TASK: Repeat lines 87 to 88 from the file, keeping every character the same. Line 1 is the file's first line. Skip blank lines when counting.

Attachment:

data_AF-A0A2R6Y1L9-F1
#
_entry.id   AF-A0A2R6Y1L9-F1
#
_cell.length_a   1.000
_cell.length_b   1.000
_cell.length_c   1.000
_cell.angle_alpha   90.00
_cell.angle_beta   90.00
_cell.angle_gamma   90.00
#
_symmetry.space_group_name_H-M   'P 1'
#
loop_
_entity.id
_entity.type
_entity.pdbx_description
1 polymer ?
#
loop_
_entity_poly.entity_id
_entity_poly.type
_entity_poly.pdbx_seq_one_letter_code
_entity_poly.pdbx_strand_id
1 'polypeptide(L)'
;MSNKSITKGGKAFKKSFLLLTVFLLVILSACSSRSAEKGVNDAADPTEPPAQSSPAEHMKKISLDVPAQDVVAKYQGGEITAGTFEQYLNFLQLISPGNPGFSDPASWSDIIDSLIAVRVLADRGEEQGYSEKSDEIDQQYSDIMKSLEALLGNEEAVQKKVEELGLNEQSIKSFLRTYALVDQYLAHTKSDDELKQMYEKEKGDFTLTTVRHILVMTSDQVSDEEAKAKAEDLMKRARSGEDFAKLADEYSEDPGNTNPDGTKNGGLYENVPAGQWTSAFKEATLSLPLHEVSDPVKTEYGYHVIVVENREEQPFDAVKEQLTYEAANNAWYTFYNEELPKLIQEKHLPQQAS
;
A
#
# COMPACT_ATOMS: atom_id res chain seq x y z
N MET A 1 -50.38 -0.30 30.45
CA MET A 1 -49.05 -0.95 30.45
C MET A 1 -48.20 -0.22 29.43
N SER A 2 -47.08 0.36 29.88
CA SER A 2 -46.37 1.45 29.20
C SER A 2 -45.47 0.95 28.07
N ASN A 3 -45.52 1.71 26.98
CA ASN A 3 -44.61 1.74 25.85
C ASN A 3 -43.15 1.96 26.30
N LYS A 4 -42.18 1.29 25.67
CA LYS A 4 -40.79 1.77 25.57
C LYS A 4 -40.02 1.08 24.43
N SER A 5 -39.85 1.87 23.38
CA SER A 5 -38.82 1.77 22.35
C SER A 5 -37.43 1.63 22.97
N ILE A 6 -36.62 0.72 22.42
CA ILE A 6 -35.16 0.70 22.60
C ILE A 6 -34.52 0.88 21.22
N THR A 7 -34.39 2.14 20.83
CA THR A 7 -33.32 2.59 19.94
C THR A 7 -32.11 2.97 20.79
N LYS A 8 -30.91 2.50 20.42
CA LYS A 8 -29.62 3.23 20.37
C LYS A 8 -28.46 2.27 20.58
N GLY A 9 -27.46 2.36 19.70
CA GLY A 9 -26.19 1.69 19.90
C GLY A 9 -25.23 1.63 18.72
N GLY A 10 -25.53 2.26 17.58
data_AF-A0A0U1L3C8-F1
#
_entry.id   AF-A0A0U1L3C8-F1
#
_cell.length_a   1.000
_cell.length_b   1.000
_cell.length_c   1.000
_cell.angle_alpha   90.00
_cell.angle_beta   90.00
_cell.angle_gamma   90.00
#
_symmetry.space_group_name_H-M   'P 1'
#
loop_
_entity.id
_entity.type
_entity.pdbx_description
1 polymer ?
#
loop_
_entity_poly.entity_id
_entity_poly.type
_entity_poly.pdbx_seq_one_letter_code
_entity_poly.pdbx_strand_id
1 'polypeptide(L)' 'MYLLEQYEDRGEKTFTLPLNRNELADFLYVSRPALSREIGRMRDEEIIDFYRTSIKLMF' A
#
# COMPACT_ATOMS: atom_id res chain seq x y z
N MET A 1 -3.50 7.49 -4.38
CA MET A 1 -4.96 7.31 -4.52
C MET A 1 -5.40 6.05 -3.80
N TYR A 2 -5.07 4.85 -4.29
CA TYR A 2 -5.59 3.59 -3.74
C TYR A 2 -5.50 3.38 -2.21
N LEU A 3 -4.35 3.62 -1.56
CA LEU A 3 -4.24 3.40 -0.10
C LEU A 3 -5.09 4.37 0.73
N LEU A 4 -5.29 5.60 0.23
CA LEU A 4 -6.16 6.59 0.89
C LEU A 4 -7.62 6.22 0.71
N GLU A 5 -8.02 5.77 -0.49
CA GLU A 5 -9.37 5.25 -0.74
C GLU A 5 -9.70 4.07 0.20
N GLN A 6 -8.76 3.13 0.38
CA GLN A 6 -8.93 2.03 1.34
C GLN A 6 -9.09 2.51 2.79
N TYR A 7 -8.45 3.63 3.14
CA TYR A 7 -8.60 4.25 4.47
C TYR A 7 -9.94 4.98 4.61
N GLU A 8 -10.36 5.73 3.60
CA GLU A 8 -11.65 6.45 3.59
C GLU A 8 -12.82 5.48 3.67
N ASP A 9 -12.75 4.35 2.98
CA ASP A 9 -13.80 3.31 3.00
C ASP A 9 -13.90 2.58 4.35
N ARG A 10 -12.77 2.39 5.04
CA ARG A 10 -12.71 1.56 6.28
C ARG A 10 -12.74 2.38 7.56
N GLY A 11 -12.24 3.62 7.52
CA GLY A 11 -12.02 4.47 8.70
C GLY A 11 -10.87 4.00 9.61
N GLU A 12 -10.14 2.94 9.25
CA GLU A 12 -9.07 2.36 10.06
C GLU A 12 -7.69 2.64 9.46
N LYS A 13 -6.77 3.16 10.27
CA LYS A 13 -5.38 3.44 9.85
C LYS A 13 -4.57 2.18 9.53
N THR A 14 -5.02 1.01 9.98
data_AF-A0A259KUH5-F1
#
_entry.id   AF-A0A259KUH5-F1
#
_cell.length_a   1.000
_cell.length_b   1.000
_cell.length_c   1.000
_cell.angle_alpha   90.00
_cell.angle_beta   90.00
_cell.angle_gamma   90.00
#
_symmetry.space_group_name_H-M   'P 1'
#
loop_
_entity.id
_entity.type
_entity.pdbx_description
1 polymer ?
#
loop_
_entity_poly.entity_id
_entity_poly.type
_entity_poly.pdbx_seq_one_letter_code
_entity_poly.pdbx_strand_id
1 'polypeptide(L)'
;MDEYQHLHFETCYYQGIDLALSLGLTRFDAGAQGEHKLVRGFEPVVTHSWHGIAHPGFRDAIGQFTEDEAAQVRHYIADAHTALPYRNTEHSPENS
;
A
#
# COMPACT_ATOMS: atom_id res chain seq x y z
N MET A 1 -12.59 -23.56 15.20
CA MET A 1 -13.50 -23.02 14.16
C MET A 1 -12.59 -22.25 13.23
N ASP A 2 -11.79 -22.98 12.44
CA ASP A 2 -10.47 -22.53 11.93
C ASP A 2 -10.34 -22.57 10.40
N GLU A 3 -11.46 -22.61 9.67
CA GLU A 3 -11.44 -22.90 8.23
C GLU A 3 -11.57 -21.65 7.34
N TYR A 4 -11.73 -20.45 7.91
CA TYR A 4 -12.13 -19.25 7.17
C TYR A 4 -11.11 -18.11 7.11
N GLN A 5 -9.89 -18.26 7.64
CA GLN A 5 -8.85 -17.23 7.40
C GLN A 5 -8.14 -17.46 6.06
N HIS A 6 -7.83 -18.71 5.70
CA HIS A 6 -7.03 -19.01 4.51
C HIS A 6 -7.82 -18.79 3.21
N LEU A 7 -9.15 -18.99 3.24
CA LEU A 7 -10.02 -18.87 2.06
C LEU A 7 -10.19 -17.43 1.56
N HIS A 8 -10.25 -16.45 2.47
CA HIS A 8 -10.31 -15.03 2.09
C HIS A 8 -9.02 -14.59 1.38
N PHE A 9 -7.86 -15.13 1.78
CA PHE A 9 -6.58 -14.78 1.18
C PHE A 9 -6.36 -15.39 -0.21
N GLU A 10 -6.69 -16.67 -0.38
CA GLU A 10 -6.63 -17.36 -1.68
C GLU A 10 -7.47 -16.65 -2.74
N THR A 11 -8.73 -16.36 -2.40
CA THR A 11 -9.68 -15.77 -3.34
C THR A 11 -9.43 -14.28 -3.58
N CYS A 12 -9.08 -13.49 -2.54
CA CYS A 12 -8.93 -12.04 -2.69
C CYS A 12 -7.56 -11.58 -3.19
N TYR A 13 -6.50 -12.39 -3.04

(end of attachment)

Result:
CA MET A 1 -4.96 7.31 -4.52
C MET A 1 -5.40 6.05 -3.80